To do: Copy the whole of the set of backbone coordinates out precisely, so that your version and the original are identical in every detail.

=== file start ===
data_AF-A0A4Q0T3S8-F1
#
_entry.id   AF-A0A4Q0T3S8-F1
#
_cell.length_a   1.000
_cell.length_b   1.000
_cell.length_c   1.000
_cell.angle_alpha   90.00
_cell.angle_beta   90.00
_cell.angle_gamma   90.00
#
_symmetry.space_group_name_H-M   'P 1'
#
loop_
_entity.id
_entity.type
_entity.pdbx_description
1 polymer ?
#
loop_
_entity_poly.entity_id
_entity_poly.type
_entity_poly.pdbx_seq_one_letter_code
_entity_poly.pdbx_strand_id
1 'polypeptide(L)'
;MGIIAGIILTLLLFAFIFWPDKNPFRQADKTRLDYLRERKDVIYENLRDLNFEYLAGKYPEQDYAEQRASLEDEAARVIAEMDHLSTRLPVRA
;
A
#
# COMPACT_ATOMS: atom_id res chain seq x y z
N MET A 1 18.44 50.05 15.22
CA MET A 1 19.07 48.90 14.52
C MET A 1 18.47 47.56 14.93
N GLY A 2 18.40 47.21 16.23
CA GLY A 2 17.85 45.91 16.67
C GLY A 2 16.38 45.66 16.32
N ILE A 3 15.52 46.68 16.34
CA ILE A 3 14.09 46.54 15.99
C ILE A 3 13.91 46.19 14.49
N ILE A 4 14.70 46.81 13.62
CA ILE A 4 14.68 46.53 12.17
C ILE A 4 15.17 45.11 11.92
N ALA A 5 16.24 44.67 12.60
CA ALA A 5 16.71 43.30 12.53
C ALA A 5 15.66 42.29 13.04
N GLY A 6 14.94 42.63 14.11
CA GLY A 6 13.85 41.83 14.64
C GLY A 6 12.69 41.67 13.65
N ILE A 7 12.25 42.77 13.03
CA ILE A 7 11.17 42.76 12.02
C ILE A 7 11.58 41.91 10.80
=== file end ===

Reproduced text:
data_AF-A0A4Q0T3S8-F1
#
_entry.id   AF-A0A4Q0T3S8-F1
#
_cell.length_a   1.000
_cell.length_b   1.000
_cell.length_c   1.000
_cell.angle_alpha   90.00
_cell.angle_beta   90.00
_cell.angle_gamma   90.00
#
_symmetry.space_group_name_H-M   'P 1'
#
loop_
_entity.id
_entity.type
_entity.pdbx_description
1 polymer ?
#
loop_
_entity_poly.entity_id
_entity_poly.type
_entity_poly.pdbx_seq_one_letter_code
_entity_poly.pdbx_strand_id
1 'polypeptide(L)'
;MGIIAGIILTLLLFAFIFWPDKNPFRQADKTRLDYLRERKDVIYENLRDLNFEYLAGKYPEQDYAEQRASLEDEAARVIAEMDHLSTRLPVRA
;
A
#
# COMPACT_ATOMS: atom_id res chain seq x y z
N MET A 1 18.44 50.05 15.22
CA MET A 1 19.07 48.90 14.52
C MET A 1 18.47 47.56 14.93
N GLY A 2 18.40 47.21 16.23
CA GLY A 2 17.85 45.91 16.67
C GLY A 2 16.38 45.66 16.32
N ILE A 3 15.52 46.68 16.34
CA ILE A 3 14.09 46.54 15.99
C ILE A 3 13.91 46.19 14.49
N ILE A 4 14.70 46.81 13.62
CA ILE A 4 14.68 46.53 12.17
C ILE A 4 15.17 45.11 11.92
N ALA A 5 16.24 44.67 12.60
CA ALA A 5 16.71 43.30 12.53
C ALA A 5 15.66 42.29 13.04
N GLY A 6 14.94 42.63 14.11
CA GLY A 6 13.85 41.83 14.64
C GLY A 6 12.69 41.67 13.65
N ILE A 7 12.25 42.77 13.03
CA ILE A 7 11.17 42.76 12.02
C ILE A 7 11.58 41.91 10.80